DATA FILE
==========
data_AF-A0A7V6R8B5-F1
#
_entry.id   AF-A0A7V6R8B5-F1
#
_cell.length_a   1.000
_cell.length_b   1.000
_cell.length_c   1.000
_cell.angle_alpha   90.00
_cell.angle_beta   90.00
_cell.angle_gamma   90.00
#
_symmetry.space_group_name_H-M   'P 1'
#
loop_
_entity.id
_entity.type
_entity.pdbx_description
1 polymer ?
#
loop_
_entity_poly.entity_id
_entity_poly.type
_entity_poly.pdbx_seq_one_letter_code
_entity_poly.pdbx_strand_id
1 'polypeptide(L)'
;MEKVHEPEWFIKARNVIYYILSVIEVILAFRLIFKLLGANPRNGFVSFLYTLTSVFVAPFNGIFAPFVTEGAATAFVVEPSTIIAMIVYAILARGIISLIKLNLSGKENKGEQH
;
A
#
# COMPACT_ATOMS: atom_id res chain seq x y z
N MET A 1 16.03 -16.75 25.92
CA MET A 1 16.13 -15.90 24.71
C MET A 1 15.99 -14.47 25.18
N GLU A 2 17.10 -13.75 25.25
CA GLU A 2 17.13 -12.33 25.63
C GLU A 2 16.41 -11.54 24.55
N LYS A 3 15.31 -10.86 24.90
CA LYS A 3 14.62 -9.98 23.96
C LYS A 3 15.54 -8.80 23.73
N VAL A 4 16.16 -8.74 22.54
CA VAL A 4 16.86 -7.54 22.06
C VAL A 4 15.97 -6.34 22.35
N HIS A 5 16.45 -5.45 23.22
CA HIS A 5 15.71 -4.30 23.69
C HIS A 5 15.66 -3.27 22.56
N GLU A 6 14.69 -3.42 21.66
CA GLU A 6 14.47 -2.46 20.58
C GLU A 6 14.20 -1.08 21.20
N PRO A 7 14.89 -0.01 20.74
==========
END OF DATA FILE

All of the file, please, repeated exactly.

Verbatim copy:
data_AF-A0A7V6R8B5-F1
#
_entry.id   AF-A0A7V6R8B5-F1
#
_cell.length_a   1.000
_cell.length_b   1.000
_cell.length_c   1.000
_cell.angle_alpha   90.00
_cell.angle_beta   90.00
_cell.angle_gamma   90.00
#
_symmetry.space_group_name_H-M   'P 1'
#
loop_
_entity.id
_entity.type
_entity.pdbx_description
1 polymer ?
#
loop_
_entity_poly.entity_id
_entity_poly.type
_entity_poly.pdbx_seq_one_letter_code
_entity_poly.pdbx_strand_id
1 'polypeptide(L)'
;MEKVHEPEWFIKARNVIYYILSVIEVILAFRLIFKLLGANPRNGFVSFLYTLTSVFVAPFNGIFAPFVTEGAATAFVVEPSTIIAMIVYAILARGIISLIKLNLSGKENKGEQH
;
A
#
# COMPACT_ATOMS: atom_id res chain seq x y z
N MET A 1 16.03 -16.75 25.92
CA MET A 1 16.13 -15.90 24.71
C MET A 1 15.99 -14.47 25.18
N GLU A 2 17.10 -13.75 25.25
CA GLU A 2 17.13 -12.33 25.63
C GLU A 2 16.41 -11.54 24.55
N LYS A 3 15.31 -10.86 24.90
CA LYS A 3 14.62 -9.98 23.96
C LYS A 3 15.54 -8.80 23.73
N VAL A 4 16.16 -8.74 22.54
CA VAL A 4 16.86 -7.54 22.06
C VAL A 4 15.97 -6.34 22.35
N HIS A 5 16.45 -5.45 23.22
CA HIS A 5 15.71 -4.30 23.69
C HIS A 5 15.66 -3.27 22.56
N GLU A 6 14.69 -3.42 21.66
CA GLU A 6 14.47 -2.46 20.58
C GLU A 6 14.20 -1.08 21.20
N PRO A 7 14.89 -0.01 20.74